Agricultural fires in Southeast Asia linked to 100,000 premature deaths

A series of fires in Indonesia in 2015 to clear land for agriculture caused an estimated 100,000 premature deaths in Indonesia, Malaysia, and Singapore. That’s according to a new study from Harvard T.H. Chan School of Public Health and Harvard John A. Paulson School of Engineering and Applied Sciences (SEAS), in collaboration with colleagues from Columbia University.

According to an August 20, 2016 New York Times article, the fires were deliberately set in August 2015 to clear land for palm oil plantations and other agricultural uses. By the fall, smoke from the fires blanketed large portions of Southeast Asia, closing schools and businesses, grounding planes, and forcing tens of thousands of people to seek medical treatment for respiratory illness. The researchers say exposure to fine particle pollution from burning forests, in particular carbon-rich peatlands, is responsible for premature deaths across the region.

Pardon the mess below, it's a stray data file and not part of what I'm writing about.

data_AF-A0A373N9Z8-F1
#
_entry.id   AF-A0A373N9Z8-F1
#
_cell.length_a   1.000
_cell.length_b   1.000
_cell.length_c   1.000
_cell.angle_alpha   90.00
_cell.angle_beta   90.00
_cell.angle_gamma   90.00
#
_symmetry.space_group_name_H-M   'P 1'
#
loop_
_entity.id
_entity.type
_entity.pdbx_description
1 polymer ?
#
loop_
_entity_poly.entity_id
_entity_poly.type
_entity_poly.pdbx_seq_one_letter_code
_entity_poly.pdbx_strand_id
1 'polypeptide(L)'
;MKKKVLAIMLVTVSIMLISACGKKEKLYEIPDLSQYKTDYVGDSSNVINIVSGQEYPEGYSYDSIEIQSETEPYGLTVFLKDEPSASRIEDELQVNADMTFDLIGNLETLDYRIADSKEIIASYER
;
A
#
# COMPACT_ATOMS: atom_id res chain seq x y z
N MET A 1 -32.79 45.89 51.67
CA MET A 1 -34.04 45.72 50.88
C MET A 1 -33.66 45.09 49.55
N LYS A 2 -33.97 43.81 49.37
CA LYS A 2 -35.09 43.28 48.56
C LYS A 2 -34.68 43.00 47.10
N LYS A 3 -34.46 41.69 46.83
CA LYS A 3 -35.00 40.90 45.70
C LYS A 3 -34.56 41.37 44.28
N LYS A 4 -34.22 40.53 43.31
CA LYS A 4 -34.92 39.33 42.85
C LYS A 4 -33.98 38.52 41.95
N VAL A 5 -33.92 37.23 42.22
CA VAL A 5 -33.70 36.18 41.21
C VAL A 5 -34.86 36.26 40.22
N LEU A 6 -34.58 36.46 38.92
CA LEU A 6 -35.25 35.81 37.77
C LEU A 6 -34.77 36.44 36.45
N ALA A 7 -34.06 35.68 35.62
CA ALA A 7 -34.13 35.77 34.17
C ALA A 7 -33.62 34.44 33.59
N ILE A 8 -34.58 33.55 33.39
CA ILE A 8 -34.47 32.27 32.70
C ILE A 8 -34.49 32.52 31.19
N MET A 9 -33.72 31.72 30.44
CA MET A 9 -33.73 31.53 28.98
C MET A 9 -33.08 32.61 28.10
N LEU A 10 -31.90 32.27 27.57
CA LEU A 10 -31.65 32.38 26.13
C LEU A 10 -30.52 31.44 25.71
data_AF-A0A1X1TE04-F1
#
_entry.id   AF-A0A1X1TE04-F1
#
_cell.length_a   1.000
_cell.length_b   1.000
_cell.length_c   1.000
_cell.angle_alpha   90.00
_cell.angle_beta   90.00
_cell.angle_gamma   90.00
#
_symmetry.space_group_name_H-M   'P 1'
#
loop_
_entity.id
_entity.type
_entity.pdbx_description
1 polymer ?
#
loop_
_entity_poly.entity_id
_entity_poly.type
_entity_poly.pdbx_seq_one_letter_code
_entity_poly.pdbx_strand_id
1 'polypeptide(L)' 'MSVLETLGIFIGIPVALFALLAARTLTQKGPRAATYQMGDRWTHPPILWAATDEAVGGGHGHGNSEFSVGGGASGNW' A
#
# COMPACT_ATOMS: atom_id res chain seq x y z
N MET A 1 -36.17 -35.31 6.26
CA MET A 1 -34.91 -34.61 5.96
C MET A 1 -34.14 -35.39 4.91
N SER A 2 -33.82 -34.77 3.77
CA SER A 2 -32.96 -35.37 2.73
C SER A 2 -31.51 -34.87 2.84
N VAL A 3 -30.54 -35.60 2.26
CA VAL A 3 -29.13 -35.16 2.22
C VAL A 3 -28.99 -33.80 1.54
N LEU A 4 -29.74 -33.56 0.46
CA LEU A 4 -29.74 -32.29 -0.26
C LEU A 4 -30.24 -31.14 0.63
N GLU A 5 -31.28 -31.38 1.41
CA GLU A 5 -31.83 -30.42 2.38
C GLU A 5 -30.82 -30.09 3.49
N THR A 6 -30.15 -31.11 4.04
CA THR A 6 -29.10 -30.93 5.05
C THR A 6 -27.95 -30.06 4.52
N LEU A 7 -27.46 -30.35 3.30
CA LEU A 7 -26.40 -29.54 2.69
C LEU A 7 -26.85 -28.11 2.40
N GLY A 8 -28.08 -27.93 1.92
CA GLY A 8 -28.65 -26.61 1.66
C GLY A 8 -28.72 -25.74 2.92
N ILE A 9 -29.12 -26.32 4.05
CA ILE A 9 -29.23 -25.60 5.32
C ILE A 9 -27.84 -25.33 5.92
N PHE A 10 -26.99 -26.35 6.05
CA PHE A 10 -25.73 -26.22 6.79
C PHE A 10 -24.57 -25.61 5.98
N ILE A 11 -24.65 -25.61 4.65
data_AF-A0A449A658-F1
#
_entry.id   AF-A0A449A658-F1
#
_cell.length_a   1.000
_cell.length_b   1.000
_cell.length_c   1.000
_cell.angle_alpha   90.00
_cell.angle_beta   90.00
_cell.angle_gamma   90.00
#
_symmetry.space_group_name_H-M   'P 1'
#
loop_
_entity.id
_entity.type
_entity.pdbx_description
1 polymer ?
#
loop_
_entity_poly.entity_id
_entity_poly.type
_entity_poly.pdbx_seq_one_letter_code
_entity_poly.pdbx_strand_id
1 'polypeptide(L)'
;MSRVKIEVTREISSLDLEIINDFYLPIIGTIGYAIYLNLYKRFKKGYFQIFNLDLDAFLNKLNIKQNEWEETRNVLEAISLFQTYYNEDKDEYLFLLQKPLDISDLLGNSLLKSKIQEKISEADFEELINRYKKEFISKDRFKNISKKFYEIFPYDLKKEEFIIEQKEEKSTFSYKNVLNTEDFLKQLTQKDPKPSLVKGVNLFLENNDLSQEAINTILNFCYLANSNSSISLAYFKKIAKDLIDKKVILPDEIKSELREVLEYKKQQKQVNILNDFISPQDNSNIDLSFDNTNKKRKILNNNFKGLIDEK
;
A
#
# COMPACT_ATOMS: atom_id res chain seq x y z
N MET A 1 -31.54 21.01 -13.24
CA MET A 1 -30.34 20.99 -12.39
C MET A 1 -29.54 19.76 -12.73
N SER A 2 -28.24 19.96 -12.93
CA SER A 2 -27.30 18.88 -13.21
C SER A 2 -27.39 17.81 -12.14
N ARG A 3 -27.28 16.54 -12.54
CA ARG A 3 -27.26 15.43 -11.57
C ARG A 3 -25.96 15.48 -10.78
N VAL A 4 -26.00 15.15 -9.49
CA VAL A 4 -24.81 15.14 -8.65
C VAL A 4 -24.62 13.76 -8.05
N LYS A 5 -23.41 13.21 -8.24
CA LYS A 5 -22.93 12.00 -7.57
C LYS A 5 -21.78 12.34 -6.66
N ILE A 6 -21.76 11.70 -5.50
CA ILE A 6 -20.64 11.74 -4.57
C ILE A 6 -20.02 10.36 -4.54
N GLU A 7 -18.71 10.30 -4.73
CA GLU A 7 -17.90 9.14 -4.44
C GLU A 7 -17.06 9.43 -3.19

To mitigate the impact of future smoke events, the researchers developed a model framework which could help governments and policymakers in Southeast Asia identify, in near real time, the fires with the highest potential to cause damage to human health.

Harvard Chan School authors included Samuel Myers, Jonathan Buonocore, and Joel Schwartz.

Read the SEAS article, Smoke from 2015 Indonesian fires may have caused 100,000 premature deaths

Learn more

“Smoke waves” will affect millions in coming decades (Harvard Chan School News)

Unhealthy environment blamed for quarter of deaths worldwide (Harvard Chan School News)